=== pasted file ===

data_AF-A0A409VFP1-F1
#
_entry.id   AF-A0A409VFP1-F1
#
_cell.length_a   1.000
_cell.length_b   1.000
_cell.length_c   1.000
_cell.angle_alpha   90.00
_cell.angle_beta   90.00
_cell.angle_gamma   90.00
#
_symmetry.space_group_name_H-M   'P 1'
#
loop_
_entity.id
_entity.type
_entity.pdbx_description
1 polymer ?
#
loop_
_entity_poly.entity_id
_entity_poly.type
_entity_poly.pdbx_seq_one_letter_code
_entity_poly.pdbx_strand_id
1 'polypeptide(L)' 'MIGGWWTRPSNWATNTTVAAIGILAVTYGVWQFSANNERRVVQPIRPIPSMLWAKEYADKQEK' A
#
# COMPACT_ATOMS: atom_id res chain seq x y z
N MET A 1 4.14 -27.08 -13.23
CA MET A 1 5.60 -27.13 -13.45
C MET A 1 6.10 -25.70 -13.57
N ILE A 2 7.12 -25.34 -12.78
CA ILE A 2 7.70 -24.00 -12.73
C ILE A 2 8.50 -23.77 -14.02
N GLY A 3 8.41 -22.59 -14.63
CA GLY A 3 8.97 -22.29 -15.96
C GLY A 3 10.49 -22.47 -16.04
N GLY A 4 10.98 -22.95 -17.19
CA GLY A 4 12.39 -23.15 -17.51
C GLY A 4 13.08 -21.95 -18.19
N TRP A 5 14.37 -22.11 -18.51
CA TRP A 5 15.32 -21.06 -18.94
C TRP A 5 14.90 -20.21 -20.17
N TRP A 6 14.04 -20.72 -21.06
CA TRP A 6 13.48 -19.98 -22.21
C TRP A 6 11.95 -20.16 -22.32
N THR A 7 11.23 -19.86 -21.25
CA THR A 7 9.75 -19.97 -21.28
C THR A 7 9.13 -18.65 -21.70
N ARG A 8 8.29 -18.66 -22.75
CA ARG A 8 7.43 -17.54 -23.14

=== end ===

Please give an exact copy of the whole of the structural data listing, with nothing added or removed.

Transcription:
data_AF-A0A409VFP1-F1
#
_entry.id   AF-A0A409VFP1-F1
#
_cell.length_a   1.000
_cell.length_b   1.000
_cell.length_c   1.000
_cell.angle_alpha   90.00
_cell.angle_beta   90.00
_cell.angle_gamma   90.00
#
_symmetry.space_group_name_H-M   'P 1'
#
loop_
_entity.id
_entity.type
_entity.pdbx_description
1 polymer ?
#
loop_
_entity_poly.entity_id
_entity_poly.type
_entity_poly.pdbx_seq_one_letter_code
_entity_poly.pdbx_strand_id
1 'polypeptide(L)' 'MIGGWWTRPSNWATNTTVAAIGILAVTYGVWQFSANNERRVVQPIRPIPSMLWAKEYADKQEK' A
#
# COMPACT_ATOMS: atom_id res chain seq x y z
N MET A 1 4.14 -27.08 -13.23
CA MET A 1 5.60 -27.13 -13.45
C MET A 1 6.10 -25.70 -13.57
N ILE A 2 7.12 -25.34 -12.78
CA ILE A 2 7.70 -24.00 -12.73
C ILE A 2 8.50 -23.77 -14.02
N GLY A 3 8.41 -22.59 -14.63
CA GLY A 3 8.97 -22.29 -15.96
C GLY A 3 10.49 -22.47 -16.04
N GLY A 4 10.98 -22.95 -17.19
CA GLY A 4 12.39 -23.15 -17.51
C GLY A 4 13.08 -21.95 -18.19
N TRP A 5 14.37 -22.11 -18.51
CA TRP A 5 15.32 -21.06 -18.94
C TRP A 5 14.90 -20.21 -20.17
N TRP A 6 14.04 -20.72 -21.06
CA TRP A 6 13.48 -19.98 -22.21
C TRP A 6 11.95 -20.16 -22.32
N THR A 7 11.23 -19.86 -21.25
CA THR A 7 9.75 -19.97 -21.28
C THR A 7 9.13 -18.65 -21.70
N ARG A 8 8.29 -18.66 -22.75
CA ARG A 8 7.43 -17.54 -23.14